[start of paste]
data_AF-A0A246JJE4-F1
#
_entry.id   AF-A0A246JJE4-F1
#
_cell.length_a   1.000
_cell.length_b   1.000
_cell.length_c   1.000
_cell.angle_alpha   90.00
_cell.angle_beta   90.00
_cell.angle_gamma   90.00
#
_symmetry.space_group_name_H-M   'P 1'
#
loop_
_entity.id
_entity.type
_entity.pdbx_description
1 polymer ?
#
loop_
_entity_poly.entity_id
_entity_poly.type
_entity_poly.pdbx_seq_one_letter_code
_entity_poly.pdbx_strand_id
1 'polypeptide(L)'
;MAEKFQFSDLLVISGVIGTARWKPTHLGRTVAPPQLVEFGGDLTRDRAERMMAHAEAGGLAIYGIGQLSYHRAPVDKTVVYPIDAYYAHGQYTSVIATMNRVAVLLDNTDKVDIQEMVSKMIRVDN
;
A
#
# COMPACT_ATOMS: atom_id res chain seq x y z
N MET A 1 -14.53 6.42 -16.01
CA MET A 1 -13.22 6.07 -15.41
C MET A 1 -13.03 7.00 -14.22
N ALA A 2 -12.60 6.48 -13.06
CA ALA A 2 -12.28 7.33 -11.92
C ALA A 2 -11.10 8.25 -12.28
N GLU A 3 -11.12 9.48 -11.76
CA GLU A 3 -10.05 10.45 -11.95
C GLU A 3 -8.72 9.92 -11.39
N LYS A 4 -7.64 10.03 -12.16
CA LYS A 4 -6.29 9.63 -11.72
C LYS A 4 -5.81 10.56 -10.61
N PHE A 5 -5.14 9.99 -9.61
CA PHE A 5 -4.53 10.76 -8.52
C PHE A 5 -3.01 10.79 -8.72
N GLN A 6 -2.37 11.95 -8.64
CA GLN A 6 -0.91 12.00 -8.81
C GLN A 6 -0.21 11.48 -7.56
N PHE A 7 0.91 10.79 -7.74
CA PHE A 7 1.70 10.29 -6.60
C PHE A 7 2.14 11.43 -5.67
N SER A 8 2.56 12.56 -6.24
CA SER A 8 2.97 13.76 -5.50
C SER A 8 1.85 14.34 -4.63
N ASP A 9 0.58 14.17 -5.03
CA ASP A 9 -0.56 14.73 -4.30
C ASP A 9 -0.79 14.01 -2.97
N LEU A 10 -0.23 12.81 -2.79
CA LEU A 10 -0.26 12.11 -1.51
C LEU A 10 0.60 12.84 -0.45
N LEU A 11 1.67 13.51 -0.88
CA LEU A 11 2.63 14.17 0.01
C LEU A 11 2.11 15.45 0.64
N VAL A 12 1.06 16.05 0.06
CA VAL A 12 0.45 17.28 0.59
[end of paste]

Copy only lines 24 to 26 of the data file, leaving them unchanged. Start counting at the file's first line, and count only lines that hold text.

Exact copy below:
_entity_poly.pdbx_strand_id
1 'polypeptide(L)'
;MAEKFQFSDLLVISGVIGTARWKPTHLGRTVAPPQLVEFGGDLTRDRAERMMAHAEAGGLAIYGIGQLSYHRAPVDKTVVYPIDAYYAHGQYTSVIATMNRVAVLLDNTDKVDIQEMVSKMIRVDN